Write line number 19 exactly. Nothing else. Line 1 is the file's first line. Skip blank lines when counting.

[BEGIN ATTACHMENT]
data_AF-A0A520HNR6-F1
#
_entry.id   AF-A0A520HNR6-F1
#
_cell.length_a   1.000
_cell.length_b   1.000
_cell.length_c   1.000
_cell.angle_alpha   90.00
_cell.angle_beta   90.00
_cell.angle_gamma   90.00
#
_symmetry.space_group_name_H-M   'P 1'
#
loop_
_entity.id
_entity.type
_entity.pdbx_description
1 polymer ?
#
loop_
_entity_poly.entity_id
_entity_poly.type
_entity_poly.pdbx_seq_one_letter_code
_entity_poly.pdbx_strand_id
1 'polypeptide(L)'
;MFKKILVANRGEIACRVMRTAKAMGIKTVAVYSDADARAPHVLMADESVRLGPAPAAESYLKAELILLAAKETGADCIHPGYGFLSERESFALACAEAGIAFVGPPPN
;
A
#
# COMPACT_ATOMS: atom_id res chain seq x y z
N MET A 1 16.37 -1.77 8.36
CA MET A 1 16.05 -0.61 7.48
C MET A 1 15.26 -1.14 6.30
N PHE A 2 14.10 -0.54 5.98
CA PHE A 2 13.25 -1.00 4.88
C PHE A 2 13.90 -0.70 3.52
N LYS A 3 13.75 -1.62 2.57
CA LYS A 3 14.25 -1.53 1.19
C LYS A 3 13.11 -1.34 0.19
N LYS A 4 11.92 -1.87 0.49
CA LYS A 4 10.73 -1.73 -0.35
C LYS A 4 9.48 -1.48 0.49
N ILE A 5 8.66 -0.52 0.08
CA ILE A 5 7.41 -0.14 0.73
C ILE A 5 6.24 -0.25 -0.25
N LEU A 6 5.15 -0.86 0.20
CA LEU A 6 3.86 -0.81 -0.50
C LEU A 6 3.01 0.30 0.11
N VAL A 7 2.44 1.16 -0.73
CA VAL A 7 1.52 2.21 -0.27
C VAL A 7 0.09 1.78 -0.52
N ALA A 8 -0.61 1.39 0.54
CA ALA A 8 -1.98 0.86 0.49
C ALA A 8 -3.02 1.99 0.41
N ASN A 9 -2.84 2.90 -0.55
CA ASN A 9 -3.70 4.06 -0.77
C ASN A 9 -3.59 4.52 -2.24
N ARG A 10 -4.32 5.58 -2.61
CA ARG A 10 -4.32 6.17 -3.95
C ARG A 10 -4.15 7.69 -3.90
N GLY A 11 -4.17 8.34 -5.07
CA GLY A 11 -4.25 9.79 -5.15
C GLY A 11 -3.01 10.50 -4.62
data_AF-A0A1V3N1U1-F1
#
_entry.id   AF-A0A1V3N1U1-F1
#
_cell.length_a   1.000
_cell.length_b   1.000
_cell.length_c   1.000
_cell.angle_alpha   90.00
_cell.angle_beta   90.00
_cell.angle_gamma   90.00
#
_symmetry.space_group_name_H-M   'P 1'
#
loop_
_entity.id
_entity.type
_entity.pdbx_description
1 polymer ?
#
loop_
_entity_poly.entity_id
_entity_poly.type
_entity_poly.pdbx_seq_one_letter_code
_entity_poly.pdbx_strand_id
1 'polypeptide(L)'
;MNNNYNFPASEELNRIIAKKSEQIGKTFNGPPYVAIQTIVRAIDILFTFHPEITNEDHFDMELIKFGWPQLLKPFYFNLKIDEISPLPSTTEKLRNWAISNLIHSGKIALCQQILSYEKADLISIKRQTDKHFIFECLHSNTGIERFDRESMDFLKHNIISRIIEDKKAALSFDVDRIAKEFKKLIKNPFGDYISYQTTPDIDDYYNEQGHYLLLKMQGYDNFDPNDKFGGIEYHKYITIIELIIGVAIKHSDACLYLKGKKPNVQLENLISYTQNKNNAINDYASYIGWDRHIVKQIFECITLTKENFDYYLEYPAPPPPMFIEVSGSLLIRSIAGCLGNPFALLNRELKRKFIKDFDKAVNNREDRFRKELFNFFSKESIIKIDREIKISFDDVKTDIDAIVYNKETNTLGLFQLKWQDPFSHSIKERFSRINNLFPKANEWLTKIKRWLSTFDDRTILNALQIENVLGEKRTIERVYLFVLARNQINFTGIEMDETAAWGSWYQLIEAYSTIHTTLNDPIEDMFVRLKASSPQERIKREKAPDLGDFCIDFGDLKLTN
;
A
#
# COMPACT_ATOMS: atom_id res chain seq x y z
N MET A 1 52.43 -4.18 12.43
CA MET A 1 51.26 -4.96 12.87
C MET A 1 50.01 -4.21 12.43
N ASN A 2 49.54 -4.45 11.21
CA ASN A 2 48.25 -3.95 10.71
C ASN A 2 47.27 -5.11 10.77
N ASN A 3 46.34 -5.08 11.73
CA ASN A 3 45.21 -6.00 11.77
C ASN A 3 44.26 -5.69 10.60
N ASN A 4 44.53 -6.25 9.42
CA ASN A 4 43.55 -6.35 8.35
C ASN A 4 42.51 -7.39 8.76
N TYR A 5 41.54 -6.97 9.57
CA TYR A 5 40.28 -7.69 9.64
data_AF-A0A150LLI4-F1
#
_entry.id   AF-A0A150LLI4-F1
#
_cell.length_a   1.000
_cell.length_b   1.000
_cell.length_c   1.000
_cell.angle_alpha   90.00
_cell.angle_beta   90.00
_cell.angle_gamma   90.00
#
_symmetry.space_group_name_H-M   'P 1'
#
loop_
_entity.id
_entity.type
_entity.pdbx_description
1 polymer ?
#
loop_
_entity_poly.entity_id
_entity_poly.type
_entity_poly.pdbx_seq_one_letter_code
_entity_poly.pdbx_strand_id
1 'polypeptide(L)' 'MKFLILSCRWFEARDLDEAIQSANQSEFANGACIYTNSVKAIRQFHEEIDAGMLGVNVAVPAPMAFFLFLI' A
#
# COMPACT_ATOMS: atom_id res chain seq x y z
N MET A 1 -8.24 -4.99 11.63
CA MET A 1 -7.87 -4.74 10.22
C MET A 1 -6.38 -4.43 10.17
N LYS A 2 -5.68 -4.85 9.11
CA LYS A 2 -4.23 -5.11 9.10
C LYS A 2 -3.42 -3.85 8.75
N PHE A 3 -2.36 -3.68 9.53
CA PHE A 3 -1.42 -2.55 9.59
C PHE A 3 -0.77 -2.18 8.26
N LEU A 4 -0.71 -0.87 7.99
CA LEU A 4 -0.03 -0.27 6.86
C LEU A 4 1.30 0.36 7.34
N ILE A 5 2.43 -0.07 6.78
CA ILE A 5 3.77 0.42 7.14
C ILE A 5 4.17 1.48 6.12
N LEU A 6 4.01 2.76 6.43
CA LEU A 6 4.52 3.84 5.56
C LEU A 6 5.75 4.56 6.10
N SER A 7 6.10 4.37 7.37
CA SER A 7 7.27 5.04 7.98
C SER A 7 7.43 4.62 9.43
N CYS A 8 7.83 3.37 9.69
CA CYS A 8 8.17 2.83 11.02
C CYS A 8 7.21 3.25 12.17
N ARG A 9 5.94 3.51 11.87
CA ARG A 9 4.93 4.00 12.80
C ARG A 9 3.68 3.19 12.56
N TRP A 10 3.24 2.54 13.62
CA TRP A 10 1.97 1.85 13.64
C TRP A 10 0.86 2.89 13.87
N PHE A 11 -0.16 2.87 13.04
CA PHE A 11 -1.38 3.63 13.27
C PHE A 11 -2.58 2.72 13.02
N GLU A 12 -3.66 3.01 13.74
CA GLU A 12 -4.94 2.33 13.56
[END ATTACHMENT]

#